He ended by urging readers to “not listen to agitators or ambitious officials who advocate discord and war” and to support a League of the American Nations “that will insure justice and harmony between all the nations of this New World.” The closest that such an enterprise came to what Allen called for is the Organization of American States, formed at Bogotá, Colombia in 1948 and with its headquarters now at Washington, D.C.
Schaefle included his own poem and cartoon, “War with Mexico,” that was “prepared for publication in 1916, when General [John J. “Black Jack”] Pershing was in Mexico,” though it was not issued, “although it was see by prominent people of Los Angeles in its original form. With images of leering overweight capitalists, “Mexican Tyranny,” an “Ammunition Trust” with the caption “War Means Wealth,” and dead American soldiers on a battlefield with the label “he Died Poor,” Schaefle’s verse reads in part:
Come ye Hypocrites, young and old,
If you would listen to what I’m told.
Sons of good mothers are wanted for cannon fodder
To enrich the soil and make hearts harder.
Greedy men with hearts so cold,
Desire slaughter to insure more gold,
When indemnities could be gotten instead,
Thereby keeping all from seeing red.
The ammunition, mine, oil, land and cattle men
Make just as good targets in the pen,
And when it came to marching in Mexico,
The universal answer to war would be No.
The same reply likely applies to whether Schaefle had any merit as a poet, but, in any case, it and the article are certainly interesting content given the ongoing turmoil in México, American military involvement in Latin America, and other important issues.
As a comparison to the 1913 ad about Los Angeles banks, this edition of the Globe provided an authorized statements of the city’s financial institutions as of the 1st of July. There was the expected dramatic increase in the growth of deposits, with Security Trust & Savings Bank at over $88.2 million, with the First National Bank of Los Angeles and over $48 million, the Los Angeles Trust & Savings Bank at $41 million, the Guaranty Trust & Savings Bank at $32.6, and the Home & Hibernian Bank (a recent merger of Home Savings and the Hibernian Bank) at just north of $30 million in that top five.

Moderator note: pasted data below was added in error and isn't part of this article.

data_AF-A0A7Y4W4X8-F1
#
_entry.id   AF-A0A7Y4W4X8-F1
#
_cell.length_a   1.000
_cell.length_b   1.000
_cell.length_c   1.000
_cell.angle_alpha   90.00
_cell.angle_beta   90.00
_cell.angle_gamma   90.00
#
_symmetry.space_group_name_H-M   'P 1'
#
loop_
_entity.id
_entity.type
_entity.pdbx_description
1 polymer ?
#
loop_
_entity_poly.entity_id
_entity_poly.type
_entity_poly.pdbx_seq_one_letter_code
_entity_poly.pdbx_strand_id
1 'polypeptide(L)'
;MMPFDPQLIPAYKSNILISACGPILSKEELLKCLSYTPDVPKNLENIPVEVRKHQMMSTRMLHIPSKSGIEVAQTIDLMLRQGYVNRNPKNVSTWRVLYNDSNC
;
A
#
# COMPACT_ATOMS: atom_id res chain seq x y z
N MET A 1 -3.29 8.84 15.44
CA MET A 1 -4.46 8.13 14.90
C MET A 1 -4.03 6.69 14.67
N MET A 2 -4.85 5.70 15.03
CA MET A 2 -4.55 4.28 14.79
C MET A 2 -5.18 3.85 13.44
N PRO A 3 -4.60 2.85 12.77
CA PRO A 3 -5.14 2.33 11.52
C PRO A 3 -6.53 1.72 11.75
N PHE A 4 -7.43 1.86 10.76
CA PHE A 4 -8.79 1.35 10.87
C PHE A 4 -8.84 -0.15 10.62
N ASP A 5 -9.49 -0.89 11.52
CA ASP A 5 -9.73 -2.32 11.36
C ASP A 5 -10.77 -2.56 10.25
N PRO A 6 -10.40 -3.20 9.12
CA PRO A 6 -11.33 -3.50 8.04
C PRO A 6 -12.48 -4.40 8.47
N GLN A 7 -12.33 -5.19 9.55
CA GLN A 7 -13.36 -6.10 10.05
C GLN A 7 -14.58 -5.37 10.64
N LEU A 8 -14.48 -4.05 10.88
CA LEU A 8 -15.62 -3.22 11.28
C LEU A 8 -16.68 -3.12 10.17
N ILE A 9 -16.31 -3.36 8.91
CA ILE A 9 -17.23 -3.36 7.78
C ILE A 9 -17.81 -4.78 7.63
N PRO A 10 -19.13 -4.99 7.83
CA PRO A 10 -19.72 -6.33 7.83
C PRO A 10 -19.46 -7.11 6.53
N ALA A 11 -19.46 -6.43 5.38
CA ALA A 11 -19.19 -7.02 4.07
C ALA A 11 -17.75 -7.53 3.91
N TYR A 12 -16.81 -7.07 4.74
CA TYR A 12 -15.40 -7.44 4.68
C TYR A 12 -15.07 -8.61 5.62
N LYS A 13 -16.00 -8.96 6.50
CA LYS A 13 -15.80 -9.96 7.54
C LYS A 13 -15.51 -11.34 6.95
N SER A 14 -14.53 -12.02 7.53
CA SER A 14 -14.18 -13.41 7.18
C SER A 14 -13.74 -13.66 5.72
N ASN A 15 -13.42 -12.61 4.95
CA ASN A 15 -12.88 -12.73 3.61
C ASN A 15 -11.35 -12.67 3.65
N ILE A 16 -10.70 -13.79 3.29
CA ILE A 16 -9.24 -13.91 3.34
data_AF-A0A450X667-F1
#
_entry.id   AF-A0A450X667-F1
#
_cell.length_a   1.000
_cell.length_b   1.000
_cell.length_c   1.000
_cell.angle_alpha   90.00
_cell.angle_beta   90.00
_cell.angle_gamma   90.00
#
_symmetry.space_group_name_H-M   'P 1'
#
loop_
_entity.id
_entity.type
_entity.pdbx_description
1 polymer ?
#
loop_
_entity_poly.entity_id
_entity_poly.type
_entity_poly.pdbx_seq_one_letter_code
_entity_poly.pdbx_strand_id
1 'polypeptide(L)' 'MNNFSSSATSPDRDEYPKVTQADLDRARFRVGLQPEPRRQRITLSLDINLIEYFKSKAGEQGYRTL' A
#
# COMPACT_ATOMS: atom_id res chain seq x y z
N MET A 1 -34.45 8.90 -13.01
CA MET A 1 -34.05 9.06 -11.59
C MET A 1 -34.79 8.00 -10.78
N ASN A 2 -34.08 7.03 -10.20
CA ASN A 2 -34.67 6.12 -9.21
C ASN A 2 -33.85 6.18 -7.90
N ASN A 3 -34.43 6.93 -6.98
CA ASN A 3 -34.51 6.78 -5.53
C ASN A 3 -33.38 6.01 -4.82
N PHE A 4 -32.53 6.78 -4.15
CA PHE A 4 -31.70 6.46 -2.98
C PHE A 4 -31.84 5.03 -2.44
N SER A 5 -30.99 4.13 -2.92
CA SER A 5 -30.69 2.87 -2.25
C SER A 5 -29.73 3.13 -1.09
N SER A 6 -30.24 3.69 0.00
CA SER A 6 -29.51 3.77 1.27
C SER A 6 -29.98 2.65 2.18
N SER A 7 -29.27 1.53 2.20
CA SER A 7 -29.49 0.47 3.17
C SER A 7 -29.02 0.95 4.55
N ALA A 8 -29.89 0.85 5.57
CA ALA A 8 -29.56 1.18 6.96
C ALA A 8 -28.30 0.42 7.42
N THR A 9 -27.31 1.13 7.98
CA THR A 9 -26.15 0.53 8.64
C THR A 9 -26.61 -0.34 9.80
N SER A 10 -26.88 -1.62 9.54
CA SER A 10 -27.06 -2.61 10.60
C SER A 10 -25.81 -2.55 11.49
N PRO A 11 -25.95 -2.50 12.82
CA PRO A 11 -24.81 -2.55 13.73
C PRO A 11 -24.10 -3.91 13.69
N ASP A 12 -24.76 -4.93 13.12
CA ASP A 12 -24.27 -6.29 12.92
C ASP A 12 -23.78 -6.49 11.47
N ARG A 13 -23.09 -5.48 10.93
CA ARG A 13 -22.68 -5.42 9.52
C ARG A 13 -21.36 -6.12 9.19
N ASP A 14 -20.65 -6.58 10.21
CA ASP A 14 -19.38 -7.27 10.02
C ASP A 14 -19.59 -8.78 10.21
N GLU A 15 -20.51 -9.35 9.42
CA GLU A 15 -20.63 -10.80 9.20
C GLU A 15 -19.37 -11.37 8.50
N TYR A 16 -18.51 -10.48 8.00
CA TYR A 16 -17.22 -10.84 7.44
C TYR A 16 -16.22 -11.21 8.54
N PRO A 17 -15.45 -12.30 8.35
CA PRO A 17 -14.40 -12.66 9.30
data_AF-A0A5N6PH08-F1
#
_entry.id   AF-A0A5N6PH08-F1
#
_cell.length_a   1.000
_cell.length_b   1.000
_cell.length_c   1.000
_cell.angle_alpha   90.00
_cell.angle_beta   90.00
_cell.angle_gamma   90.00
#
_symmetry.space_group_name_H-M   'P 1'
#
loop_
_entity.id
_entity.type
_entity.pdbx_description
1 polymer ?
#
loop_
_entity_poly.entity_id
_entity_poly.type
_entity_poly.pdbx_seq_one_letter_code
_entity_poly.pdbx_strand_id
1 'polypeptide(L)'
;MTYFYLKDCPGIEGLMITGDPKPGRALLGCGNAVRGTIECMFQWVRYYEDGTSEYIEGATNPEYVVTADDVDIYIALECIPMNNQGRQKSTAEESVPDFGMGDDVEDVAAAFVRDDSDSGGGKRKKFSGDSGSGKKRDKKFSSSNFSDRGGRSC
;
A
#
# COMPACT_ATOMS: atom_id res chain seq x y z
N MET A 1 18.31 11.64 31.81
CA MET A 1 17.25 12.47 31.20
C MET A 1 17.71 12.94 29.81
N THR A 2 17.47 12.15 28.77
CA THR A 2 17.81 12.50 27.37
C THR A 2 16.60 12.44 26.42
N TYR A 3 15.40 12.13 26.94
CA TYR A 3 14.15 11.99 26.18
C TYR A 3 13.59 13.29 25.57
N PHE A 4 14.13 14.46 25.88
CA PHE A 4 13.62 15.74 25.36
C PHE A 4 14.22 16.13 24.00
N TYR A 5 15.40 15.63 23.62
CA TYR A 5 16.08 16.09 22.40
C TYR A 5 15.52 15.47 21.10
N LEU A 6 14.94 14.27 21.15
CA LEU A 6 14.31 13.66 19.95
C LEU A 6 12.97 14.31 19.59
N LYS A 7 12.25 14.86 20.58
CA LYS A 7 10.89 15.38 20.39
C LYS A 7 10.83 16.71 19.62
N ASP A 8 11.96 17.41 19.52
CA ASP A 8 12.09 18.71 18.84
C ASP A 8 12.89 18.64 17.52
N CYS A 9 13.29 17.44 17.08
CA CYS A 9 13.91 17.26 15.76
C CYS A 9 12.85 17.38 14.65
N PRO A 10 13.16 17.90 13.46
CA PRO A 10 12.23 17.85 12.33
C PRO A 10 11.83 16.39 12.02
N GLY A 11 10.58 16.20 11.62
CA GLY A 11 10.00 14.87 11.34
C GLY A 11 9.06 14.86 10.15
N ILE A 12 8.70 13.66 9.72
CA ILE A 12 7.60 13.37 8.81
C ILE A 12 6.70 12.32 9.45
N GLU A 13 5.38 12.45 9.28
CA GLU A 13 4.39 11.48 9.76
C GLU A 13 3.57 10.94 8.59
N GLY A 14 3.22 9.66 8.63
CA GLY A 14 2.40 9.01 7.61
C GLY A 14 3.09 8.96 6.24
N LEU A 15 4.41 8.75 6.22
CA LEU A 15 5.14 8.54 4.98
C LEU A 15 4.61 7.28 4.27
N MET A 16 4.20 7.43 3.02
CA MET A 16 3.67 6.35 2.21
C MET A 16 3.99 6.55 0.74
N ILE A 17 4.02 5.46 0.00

For the previous five years, deposits in all banks nearly doubled from $214 million to just under $410, while clearings approached a tripling from $1.15 to $3.26 billion. Another important statistic concerned building permits. In 1916, these numbered 7,565 with a value of just a smidgen (there’s an old word for you) over $15 million. After a major drop of well over half in 1917, there was a rebound to nearly 6,500 and $10.38 million to over 8,000 and $12.15 million in 1918 and 1919 respectively. But for 1920, permits more than doubled to over 17,500 while the value was way above tripe at almost $44 million.
These statistics were reflective of broader national trends mentioned in the magazine, as well. For example, the massive U.S. Steel Corporation had a steep drop in tons from filled orders from about 9 million in 1918 to not far under 5 million in 1919, but well more than double to close to 11 million in 1920. Pig iron production fell from 18 million tons in 1918 to 16 million the next year, but slightly bested the first figure when the 1920 numbers were released.
American exports, however, continued to climb from $5.4 billion in 1918 to $6.3 billion the following year and almost $7.5 million for 1920. While business failures were near 5,400 in 1918, there was a major decline to 2,861 the next year and only a modest increase in 1920 to not far under 3,000. When it came to “Uncle Sam’s Business,” the Globe recorded that exports grew 214% since 1914, while imports were up 177%. Raw manufacturing material leapt 241%, as well, with an emphasis on rubber, silk, cotton, wool and others.
The oil industry was also discussed in some detail with a Ventura County project of the Texas Holding Company of Los Angeles highlighted, with wells ten miles northeast of Ventura and on the estate of Senator Thomas Bard, a major figure in petroleum prospecting. Notably, the field manager of the project was a figure who was largely unknown in the Angel City, but would became more than notorious before the Roaring Twenties ended. C.C. Julian would go on to form his own company, find success at the enormously productive Santa Fe Springs field, but then get into all kinds of trouble—this story has been covered somewhat extensively on this blog.
A separate short report noted that the daily production of California oil fields was about 273,000 barrels in June, a slight decline of more than 5,000 from May. Inventory was some 25.4 million barrels at the end of June, while three dozen new wells were brought in that month, averaging almost 6,500 barrels per day. Other articles concerned drilling in northeastern Mexico and southwestern Texas, as well as in New Mexico.